Outrageous Fortune: Jay DeFeo and Surrealismby Jessica Holmes
MITCHELL-INNES & NASH | MARCH 1, 2018 – APRIL 7, 2018
In dream analysis, it’s said that the familiar nightmare of one’s teeth falling out represents anxiety over the possible loss of control. Fading beauty, or an inability to communicate might cause such a dream, but so too might a more catastrophic event: an illness or an eviction, perhaps. For artist Jay DeFeo (1929-1989) any of these occurrences could have provoked such a night terror, and walking through Outrageous Fortune: Jay DeFeo and Surrealism at Mitchell-Innes & Nash, one can’t help but wonder if teeth dreams had plagued her. The exhibition takes as its premise the thrum of Surrealism that murmurs through DeFeo’s body of work, and the reappearance of teeth is one of several tropes that surface.
Though more closely identified with the San Francisco Beat artists and poets of the late 1950s and early 1960s, DeFeo also looked to the Surrealists a generation older than she, and drew from artists such as Yves Tanguy, Marcel Duchamp, and Man Ray, whom she once called her “north star.” She’s always been best known for her iconic, one-ton, painting The Rose (1958-1966), whose creation nearly drove her mad. Causing DeFeo eviction from her home and a four-year hiatus from her artistic practice, the painting was eventually placed behind a false wall for decades, and only rediscovered years after her death from lung cancer. The stories that surround the work have cast a long shadow over DeFeo’s career but this shrewd, present show treads lightly over the mythology of The Rose and instead makes an exceptional case for DeFeo’s Surrealistic inclinations.
Though she is known primarily as a painter (a selection of canvases is on view), DeFeo worked in a wide array of media, including photography, to which a good portion of Outrageous Fortune is dedicated. She found and accentuated the living or marvelous qualities of inanimate objects to great effect, and a close reading of her photographs finds the head of a vacuum cleaner repeatedly becoming a face, and an old candlestick telephone becoming the curves of a woman’s body. A lilting, S-shaped form manifests in a number works, as if it were a totem for DeFeo. It appears in one of the earliest in the show, Untitled (c. 1959-60), a strange photo-collage taped to a board. Along with one black-and-white photograph of man playing a guitar, and the scrap of another showing only a woman’s lips, DeFeo affixed a scrap of manufactured, cardboard packaging with a version of this sinuous shape printed in red. The undulation appears again in Untitled (1972), a black-and-white photo DeFeo cut in such a way that the image is rendered nearly unrecognizable until studied up close. The sweeping contour turns out to be a tangle of dead tree limbs that appear to have collapsed over the precipitous drop of a cliff, with a car dangerously parked at its edge. In Bride (1986)—one of the exhibition’s few oil paintings—the shape materializes as a luminescent form emerging from a murky, gray and black background. Reminiscent of the graceful swoop of a human shoulder, it also recalls the arc of a smoking pipe, not unlike the one lionized in René Magritte’s Surrealist masterpiece, The Treachery of Images (This is Not a Pipe) (1928-1929).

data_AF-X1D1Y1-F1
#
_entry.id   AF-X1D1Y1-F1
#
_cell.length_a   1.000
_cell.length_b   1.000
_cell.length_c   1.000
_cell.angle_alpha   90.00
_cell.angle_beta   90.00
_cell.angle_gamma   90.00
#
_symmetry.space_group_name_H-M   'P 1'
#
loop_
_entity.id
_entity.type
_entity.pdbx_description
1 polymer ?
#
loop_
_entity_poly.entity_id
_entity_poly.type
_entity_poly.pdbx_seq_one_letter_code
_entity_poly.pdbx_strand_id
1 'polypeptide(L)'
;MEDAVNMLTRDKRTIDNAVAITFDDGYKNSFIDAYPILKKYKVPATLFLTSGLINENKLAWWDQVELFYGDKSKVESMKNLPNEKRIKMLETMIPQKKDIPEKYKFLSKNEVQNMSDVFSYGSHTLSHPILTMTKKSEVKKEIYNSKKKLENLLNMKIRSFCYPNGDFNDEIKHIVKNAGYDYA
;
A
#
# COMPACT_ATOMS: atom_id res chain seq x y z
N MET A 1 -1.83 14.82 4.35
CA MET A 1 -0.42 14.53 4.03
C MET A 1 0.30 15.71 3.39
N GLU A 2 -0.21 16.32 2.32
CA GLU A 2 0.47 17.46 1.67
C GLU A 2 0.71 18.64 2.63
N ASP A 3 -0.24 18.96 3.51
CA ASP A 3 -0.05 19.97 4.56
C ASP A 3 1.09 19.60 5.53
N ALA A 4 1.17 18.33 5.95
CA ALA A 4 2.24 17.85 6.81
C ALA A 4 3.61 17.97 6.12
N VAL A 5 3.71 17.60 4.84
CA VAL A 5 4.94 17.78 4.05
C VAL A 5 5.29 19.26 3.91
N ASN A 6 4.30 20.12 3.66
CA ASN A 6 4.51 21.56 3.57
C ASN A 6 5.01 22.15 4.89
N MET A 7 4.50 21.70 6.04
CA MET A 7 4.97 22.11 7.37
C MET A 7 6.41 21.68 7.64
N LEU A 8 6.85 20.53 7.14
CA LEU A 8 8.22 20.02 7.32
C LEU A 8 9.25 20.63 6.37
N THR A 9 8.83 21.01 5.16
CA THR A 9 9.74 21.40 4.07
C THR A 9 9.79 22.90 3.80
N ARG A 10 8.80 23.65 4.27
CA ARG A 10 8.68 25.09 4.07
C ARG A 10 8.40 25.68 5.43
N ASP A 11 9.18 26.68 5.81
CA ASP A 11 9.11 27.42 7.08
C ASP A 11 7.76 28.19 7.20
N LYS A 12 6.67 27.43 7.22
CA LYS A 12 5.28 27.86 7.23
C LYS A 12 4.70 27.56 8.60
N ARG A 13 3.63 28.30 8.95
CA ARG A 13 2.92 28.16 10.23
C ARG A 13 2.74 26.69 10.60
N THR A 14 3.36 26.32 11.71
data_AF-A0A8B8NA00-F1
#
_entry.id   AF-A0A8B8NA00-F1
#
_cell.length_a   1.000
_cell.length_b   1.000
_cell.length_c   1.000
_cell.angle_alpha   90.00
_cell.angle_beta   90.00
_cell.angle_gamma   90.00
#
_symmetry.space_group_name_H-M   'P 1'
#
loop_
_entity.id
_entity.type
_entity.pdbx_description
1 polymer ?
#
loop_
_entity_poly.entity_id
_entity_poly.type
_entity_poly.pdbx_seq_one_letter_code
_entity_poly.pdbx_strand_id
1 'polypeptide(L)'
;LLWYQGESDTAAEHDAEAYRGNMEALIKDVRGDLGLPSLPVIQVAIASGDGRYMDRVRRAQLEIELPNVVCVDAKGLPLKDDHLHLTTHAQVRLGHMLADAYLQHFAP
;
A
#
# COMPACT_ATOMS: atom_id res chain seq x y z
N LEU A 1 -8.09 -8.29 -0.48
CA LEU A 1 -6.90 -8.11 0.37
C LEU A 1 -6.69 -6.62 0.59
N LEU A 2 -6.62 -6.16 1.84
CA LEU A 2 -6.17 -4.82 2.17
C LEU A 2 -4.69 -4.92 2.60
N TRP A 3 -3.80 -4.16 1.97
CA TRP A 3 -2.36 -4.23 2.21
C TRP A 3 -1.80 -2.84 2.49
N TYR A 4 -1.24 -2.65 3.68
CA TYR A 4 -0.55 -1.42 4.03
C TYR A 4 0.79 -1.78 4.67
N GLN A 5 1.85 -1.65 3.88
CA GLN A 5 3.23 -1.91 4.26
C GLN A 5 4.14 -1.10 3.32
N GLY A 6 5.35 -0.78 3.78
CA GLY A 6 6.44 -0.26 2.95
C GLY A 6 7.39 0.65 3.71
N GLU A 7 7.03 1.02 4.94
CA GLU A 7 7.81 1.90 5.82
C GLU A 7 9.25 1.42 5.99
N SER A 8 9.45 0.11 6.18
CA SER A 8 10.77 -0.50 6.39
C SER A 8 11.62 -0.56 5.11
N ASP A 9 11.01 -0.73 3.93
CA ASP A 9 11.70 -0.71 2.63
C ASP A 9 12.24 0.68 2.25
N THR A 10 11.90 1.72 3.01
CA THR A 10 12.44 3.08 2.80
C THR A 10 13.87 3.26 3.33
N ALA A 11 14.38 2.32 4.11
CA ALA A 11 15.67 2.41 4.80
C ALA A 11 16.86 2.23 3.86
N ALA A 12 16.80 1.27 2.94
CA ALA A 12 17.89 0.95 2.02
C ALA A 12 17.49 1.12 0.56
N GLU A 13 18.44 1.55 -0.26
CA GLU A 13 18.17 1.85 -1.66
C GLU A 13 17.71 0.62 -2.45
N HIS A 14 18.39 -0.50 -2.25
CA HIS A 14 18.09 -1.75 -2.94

Whether the allusion was intentional or not, the Surrealist investments in chance and the unconscious mind appealed to DeFeo, for whom the body was both primary and fragile. In a painting she called Trap (1972), a moth accidentally flew into her wet paint while she worked, and it perished on the canvas. DeFeo was moved by the small accident and decided to leave the moth, incorporating it into the work. The composition of this exquisite canvas otherwise consists of only one simple form, which resembles the bottom half of an egg. The surface of the painting is so smooth, the paint so reverentially applied, it’s little wonder that the moth was fooled into thinking there was nothing treacherous about its landing site.
And what about those teeth? Traveling Portrait (Chance Landscape) (1973) is one of several works where dental imagery can be found, and it is the most unsettling. When it was made, DeFeo was suffering from periodontitis (a serious gum infection possibly caused by exposure to lead paint encrusted paintbrushes, which she used to hold between her teeth while working), which had necessitated a dental bridge for her mouth. Made of both real and false teeth, the object became one of fascination for DeFeo, and she photographed it repeatedly. Traveling Portrait (Chance Landscape) is composed of dozens of images of the dental bridge, carefully scissored from the original photographs, and left to waft across paperboard coated in acrylic. “Like a rock slide settling into its angle of repose,” writes DeFeo scholar Dana Miller in her insightful catalogue essay, most of the cutouts ended up clustered in a mass towards the bottom of the page. A paradox on paper: hours of obsessive cutting resulting in meticulous snippets, then pitched to the fates to see where they might fall. The work is a surrealistic dream, or else a nightmare.
JESSICA HOLMES is a New York-based writer and critic who contributes regularly to the Brooklyn Rail, Artcritical, Hyperallergic, and other publications.